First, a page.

What hops / specialty malts to have in your inventory

Discussion in 'General Brewing Discussions' started by Basquebrewing, Oct 28, 2015.

  1. Basquebrewing

    Basquebrewing New Member

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    So here´s the problem. There isn't a home brew store within driving distance so all ingredients have to be shipped which is fairly expensive. A solution I am thinking of is buying specialty grains and hops in bulk. Now I know it depends on taste and what you are brew, but what specialty grains and hops would you always want to have on hand for your brew sessions?
     
  2. Nosybear

    Nosybear Well-Known Member

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    What do you want to brew? You'll have to have base malt and bittering hops. Beyond that, it's pretty much up to the styles you want.
     
  3. Basquebrewing

    Basquebrewing New Member

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    Yeah base malt was a given...i know it depends on what you brew, just want to canvas opinions on what people would consider essential for themselves. At the moment I suppose I am brewing British style ales but would like to move on the Bavarian and Czech lagers in future.
     
  4. jmcnamara

    jmcnamara Well-Known Member

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    would it be too obvious to say you should load up on Fuggles / EKG and some Saaz?
    Maybe some of a lighter crystal malt?
    Personnally, i'm a fan using some degree of honey malt in a lot of my beers
     
  5. Head First

    Head First Well-Known Member

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    I'm 100 miles from LHBS so have been dealing with this all along. I keep Carapils, Honeymalt, Munich light and dark, Vienna, C40, C60, C120, Chocolate, Black Patent, Roasted Barley, a sack of 2row, a sack of White wheat, and just started keeping a sack of Belgian Pils, on hand in the fall for trappist's and seasonal's(I really like working with this malt). I keep them all in large totes in a storage room built just for brewing stuff. The quantities vary from 2# purchases to 5#'s in all but the base malts. Yes this seems excessive, but if you want a special recipe on a whim ya got it. In the frig there is almost always Hallertau, Fuggles, Magnum, Northern brewer, Nugget, Cascade, and now that I grow my own lots of Centennial in the freezer. Hops are kind of different though because they don't keep well once opened, so I try buy them in smaller packages(really should have a vacuum sealer for these). There is always some specialty malt or hop you won't have though so planning ahead is essential.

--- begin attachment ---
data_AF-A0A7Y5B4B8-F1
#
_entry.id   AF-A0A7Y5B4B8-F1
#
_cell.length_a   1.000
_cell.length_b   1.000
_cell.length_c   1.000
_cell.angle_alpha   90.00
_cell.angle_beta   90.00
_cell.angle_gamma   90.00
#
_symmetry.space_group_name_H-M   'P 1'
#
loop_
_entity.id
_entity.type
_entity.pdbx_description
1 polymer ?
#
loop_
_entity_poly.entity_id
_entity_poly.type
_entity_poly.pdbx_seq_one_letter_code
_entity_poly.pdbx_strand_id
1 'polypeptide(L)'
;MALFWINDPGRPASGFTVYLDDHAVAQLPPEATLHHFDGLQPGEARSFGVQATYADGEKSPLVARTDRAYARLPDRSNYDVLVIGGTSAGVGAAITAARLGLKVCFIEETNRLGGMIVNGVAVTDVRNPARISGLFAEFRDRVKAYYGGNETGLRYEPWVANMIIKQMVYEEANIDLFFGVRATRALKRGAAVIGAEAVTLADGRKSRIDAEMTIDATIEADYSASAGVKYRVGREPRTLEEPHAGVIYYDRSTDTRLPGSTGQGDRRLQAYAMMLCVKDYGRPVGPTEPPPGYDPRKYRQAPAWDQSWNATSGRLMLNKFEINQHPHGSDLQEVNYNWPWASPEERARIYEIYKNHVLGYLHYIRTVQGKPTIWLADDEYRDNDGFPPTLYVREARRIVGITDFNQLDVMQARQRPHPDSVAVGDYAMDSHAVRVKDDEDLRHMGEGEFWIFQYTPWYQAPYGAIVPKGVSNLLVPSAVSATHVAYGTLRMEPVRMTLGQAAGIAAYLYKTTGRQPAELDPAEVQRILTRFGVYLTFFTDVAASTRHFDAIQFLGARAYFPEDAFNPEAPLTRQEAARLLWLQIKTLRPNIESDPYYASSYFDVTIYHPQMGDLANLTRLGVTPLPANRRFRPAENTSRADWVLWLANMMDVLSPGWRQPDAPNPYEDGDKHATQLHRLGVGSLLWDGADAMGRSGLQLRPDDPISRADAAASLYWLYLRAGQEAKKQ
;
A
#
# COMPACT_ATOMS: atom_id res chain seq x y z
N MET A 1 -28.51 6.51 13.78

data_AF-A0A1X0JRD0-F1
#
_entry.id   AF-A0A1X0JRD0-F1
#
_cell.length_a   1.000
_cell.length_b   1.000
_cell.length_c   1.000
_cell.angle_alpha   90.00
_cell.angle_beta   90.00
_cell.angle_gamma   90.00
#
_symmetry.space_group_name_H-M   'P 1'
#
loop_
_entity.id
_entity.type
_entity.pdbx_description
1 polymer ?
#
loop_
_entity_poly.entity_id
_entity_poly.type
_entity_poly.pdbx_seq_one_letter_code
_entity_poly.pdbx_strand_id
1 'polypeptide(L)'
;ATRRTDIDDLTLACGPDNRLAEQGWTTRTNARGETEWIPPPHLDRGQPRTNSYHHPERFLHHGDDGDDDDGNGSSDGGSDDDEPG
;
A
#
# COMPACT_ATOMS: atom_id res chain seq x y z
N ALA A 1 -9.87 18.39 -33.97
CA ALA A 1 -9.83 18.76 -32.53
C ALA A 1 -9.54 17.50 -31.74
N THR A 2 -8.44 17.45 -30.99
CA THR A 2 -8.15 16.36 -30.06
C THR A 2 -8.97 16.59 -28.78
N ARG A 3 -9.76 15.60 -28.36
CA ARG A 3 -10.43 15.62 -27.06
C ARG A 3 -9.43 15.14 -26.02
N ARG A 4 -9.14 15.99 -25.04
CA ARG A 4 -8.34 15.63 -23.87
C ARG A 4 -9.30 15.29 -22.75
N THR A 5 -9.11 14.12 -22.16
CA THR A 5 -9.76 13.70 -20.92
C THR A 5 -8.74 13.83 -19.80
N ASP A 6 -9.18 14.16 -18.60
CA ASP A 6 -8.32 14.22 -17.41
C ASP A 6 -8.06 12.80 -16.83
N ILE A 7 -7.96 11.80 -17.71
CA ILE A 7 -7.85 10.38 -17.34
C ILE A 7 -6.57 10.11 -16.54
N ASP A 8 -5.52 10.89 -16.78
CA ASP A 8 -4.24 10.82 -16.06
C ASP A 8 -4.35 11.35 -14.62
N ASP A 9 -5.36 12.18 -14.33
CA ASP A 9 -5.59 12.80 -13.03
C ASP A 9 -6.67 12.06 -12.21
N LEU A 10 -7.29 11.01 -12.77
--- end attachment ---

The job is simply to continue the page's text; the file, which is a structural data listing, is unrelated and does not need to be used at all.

6. Head First

    Head First Well-Known Member

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    Always keep some dry yeast on hand just in case. It keeps very well in the frig. I have been using dry yeast a little more all the time as more varieties become available.
     
  7. Basquebrewing

    Basquebrewing New Member